In today’s Electrek Green Energy Brief (EGEB):
- 6.1 GW of global offshore wind was installed in 2020, down slightly from a record 6.24 GW in 2019.
- More than half of the world’s fossil fuels have to stay buried to slow global warming.
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Offshore wind in 2020
The Global Wind Energy Council (GWEC) released its flagship Global Offshore Wind Report 2021 today. The global offshore wind industry installed 6.1 GW of capacity in 2020, down slightly from a record 6.24 GW in 2019.
However, GWEC expects 2021 to set a new record as China’s offshore wind sector rushes to install 7.5 GW ahead of the expiry of current feed in tariffs (FITs).
The GWEC writes:
China led the world in new installations for the third year in a row with more than 3 GW of offshore wind grid connected in 2020. Steady growth in Europe accounted for the majority of remaining new capacity, led by the Netherlands, which installed nearly 1.5 GW of new offshore wind in 2020, followed by Belgium (706 MW).
The report forecasts 235 GW of new offshore wind capacity will be installed over the next decade under current policies. That capacity is seven times bigger than the current market size, and is a 15% increase on the previous year’s forecasts.
In order to achieve the Paris Agreement target of limiting global warming to 1.5C, the world needs 2,000 GW of offshore wind capacity by 2050, based on calculations by the International Energy Agency (IEA) and the International Renewable Energy Agency (IRENA). But the new GWEC report finds current global wind targets account for only 560 GW.
The world – and especially North America – still has a long way to go when it comes to utilizing offshore wind as a clean energy source.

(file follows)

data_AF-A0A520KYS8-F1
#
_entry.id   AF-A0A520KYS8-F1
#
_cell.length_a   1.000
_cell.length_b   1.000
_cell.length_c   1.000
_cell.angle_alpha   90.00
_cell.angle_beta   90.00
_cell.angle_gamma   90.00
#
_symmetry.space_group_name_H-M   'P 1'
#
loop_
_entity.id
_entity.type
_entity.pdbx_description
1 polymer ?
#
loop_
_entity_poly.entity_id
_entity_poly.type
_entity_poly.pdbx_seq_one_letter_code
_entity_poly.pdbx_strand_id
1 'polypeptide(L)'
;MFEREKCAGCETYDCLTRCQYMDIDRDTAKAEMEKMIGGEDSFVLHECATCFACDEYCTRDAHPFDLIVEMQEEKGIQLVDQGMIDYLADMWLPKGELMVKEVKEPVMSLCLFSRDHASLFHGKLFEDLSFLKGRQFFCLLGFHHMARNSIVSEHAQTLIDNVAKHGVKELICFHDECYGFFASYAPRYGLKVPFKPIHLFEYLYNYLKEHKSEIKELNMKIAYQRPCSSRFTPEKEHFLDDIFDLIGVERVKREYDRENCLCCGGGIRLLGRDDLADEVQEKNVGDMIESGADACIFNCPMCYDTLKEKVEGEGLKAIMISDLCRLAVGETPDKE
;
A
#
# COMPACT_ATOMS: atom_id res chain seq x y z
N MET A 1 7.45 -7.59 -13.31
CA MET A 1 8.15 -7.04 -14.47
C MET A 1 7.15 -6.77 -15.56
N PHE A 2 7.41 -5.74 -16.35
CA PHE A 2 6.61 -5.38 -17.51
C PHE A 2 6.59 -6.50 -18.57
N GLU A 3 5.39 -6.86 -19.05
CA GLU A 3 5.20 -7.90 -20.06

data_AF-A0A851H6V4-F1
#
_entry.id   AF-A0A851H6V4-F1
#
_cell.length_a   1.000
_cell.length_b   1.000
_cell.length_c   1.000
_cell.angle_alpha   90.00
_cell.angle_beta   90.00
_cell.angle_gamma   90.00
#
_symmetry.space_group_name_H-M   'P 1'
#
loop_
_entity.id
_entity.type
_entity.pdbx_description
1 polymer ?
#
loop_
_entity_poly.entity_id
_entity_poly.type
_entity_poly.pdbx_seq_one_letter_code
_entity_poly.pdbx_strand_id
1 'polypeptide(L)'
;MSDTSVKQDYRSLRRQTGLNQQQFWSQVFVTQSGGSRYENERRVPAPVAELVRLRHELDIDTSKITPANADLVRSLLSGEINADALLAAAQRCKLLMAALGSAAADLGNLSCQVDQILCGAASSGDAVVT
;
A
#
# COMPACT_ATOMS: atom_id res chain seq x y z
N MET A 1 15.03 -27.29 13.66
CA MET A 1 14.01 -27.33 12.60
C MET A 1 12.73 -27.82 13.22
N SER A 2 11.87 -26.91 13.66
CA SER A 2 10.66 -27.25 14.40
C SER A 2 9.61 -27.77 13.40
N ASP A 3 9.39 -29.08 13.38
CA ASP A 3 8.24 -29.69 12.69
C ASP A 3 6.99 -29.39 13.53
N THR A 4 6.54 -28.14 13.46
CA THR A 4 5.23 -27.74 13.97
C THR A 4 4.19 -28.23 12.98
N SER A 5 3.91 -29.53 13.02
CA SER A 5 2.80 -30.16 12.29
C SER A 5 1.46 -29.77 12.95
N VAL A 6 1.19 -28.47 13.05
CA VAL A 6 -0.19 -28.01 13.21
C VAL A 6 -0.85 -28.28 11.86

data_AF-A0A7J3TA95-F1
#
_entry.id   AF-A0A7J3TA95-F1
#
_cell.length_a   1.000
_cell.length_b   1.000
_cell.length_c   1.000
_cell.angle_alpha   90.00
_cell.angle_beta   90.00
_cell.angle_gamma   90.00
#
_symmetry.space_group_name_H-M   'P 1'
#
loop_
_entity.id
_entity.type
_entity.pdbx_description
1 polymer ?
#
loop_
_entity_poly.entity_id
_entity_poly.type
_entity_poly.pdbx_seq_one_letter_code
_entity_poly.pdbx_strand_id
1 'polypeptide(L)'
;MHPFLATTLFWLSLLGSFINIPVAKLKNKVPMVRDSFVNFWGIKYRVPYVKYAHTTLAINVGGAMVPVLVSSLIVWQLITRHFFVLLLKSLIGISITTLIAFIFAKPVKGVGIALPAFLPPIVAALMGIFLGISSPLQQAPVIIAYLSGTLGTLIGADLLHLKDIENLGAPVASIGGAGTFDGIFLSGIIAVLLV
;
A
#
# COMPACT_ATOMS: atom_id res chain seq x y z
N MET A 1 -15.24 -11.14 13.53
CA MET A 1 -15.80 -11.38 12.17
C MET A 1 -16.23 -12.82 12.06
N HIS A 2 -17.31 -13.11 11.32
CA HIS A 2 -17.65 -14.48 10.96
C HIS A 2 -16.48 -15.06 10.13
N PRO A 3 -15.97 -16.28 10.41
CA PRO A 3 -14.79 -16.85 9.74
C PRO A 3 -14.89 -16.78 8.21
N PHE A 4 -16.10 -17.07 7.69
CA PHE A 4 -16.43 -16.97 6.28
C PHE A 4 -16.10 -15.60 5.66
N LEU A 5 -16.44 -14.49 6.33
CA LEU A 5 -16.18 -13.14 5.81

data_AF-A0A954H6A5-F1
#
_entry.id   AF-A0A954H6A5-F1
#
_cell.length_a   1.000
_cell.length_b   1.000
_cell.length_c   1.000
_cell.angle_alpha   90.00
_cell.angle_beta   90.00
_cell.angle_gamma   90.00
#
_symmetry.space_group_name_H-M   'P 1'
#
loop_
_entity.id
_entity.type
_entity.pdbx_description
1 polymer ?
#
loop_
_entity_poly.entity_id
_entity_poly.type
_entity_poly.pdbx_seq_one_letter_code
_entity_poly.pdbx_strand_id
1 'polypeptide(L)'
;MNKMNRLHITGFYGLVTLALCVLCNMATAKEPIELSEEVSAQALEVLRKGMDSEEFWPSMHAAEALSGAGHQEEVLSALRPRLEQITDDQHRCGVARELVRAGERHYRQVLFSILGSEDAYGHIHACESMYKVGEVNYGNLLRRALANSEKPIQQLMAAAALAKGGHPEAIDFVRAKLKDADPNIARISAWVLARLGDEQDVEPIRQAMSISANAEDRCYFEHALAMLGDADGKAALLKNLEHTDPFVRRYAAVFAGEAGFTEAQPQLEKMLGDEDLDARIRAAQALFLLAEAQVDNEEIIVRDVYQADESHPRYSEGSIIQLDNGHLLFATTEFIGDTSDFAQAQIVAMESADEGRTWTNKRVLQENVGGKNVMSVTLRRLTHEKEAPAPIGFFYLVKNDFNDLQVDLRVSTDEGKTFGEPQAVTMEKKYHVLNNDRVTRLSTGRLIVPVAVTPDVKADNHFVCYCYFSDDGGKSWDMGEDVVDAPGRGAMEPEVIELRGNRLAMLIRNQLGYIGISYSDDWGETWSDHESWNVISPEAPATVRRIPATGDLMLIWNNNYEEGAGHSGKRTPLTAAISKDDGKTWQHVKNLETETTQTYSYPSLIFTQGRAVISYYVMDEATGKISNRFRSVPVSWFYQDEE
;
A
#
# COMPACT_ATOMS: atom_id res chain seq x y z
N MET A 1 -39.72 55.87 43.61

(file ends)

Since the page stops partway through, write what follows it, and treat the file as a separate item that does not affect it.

Read more: Siemens Gamesa claims world’s first recyclable offshore wind turbine blade
Keep fossil fuels in the ground
More than half of the world’s fossil fuels have to stay in the ground in order to slow global warming, according to a new study posted on Nature yesterday. The study, published by University College London researchers, is titled “Unextractable fossil fuels in a 1.5 °C world,” and specifically, it says that countries not only need to switch to clean energy, but also to set hard, strict limits on fossil fuel extraction.
In order for the world to have a 50% shot at achieving the Paris Agreement 1.5C global warming limit, 58% of oil, 59% of natural gas, and 89% of coal must stay in the ground.
Further, oil and gas production must decline globally by 3% annually until 2050. The study’s abstract states:
This implies that most regions must reach peak production now or during the next decade, rendering many operational and planned fossil fuel projects unviable. We probably present an underestimate of the production changes required, because a greater than 50% probability of limiting warming to 1.5 °C requires more carbon to stay in the ground and because of uncertainties around the timely deployment of negative emission technologies at scale.
The authors stressed in a call with press that theirs is likely an underestimate because there isn’t a universal carbon budget. And as Grist writes:
The paper uses a carbon budget of 580 billion metric tons, an amount that is estimated to give only a 50% chance of stabilizing the global climate at 1.5C above preindustrial temperatures.
[T]he model that the authors used to arrive at their fossil fuel quota actually allows the world to emit more than 580 billion metric tons of carbon and for temperatures to temporarily rise to 1.8C before settling back down to 1.5C by the end of this century.
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